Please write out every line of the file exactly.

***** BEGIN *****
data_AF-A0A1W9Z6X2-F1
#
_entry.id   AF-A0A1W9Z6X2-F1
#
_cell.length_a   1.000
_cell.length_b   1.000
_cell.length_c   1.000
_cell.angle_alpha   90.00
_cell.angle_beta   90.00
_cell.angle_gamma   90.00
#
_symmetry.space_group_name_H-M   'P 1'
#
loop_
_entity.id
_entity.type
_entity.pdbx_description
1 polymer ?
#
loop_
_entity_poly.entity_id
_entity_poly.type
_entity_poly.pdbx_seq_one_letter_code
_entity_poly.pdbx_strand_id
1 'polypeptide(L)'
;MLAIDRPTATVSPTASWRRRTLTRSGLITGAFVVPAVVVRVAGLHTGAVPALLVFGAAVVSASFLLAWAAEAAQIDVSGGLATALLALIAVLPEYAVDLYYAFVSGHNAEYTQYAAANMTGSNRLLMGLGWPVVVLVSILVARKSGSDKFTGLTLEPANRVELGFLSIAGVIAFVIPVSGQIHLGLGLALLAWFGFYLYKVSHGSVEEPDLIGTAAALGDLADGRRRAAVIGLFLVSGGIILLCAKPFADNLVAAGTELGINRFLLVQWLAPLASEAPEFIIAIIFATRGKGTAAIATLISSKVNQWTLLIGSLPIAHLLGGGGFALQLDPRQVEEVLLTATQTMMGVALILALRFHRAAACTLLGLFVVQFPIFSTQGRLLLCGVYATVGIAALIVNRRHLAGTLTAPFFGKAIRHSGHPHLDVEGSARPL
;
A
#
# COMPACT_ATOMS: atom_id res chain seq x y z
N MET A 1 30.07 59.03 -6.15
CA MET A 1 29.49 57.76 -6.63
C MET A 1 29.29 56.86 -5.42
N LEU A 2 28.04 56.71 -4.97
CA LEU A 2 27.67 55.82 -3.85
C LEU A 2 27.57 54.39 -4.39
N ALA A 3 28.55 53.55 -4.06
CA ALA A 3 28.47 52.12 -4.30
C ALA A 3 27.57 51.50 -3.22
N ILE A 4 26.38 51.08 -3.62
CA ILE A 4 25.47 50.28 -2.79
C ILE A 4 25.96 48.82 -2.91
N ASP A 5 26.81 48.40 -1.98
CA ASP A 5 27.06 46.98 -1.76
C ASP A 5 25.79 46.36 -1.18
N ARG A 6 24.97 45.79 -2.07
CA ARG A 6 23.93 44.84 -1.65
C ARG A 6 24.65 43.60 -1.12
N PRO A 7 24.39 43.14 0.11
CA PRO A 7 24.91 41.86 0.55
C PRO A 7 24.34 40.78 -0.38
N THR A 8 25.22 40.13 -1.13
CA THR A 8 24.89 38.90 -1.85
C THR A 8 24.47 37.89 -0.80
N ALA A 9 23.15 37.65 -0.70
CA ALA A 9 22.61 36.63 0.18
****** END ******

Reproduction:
data_AF-A0A1W9Z6X2-F1
#
_entry.id   AF-A0A1W9Z6X2-F1
#
_cell.length_a   1.000
_cell.length_b   1.000
_cell.length_c   1.000
_cell.angle_alpha   90.00
_cell.angle_beta   90.00
_cell.angle_gamma   90.00
#
_symmetry.space_group_name_H-M   'P 1'
#
loop_
_entity.id
_entity.type
_entity.pdbx_description
1 polymer ?
#
loop_
_entity_poly.entity_id
_entity_poly.type
_entity_poly.pdbx_seq_one_letter_code
_entity_poly.pdbx_strand_id
1 'polypeptide(L)'
;MLAIDRPTATVSPTASWRRRTLTRSGLITGAFVVPAVVVRVAGLHTGAVPALLVFGAAVVSASFLLAWAAEAAQIDVSGGLATALLALIAVLPEYAVDLYYAFVSGHNAEYTQYAAANMTGSNRLLMGLGWPVVVLVSILVARKSGSDKFTGLTLEPANRVELGFLSIAGVIAFVIPVSGQIHLGLGLALLAWFGFYLYKVSHGSVEEPDLIGTAAALGDLADGRRRAAVIGLFLVSGGIILLCAKPFADNLVAAGTELGINRFLLVQWLAPLASEAPEFIIAIIFATRGKGTAAIATLISSKVNQWTLLIGSLPIAHLLGGGGFALQLDPRQVEEVLLTATQTMMGVALILALRFHRAAACTLLGLFVVQFPIFSTQGRLLLCGVYATVGIAALIVNRRHLAGTLTAPFFGKAIRHSGHPHLDVEGSARPL
;
A
#
# COMPACT_ATOMS: atom_id res chain seq x y z
N MET A 1 30.07 59.03 -6.15
CA MET A 1 29.49 57.76 -6.63
C MET A 1 29.29 56.86 -5.42
N LEU A 2 28.04 56.71 -4.97
CA LEU A 2 27.67 55.82 -3.85
C LEU A 2 27.57 54.39 -4.39
N ALA A 3 28.55 53.55 -4.06
CA ALA A 3 28.47 52.12 -4.30
C ALA A 3 27.57 51.50 -3.22
N ILE A 4 26.38 51.08 -3.62
CA ILE A 4 25.47 50.28 -2.79
C ILE A 4 25.96 48.82 -2.91
N ASP A 5 26.81 48.40 -1.98
CA ASP A 5 27.06 46.98 -1.76
C ASP A 5 25.79 46.36 -1.18
N ARG A 6 24.97 45.79 -2.07
CA ARG A 6 23.93 44.84 -1.65
C ARG A 6 24.65 43.60 -1.12
N PRO A 7 24.39 43.14 0.11
CA PRO A 7 24.91 41.86 0.55
C PRO A 7 24.34 40.78 -0.38
N THR A 8 25.22 40.13 -1.13
CA THR A 8 24.89 38.90 -1.85
C THR A 8 24.47 37.89 -0.80
N ALA A 9 23.15 37.65 -0.70
CA ALA A 9 22.61 36.63 0.18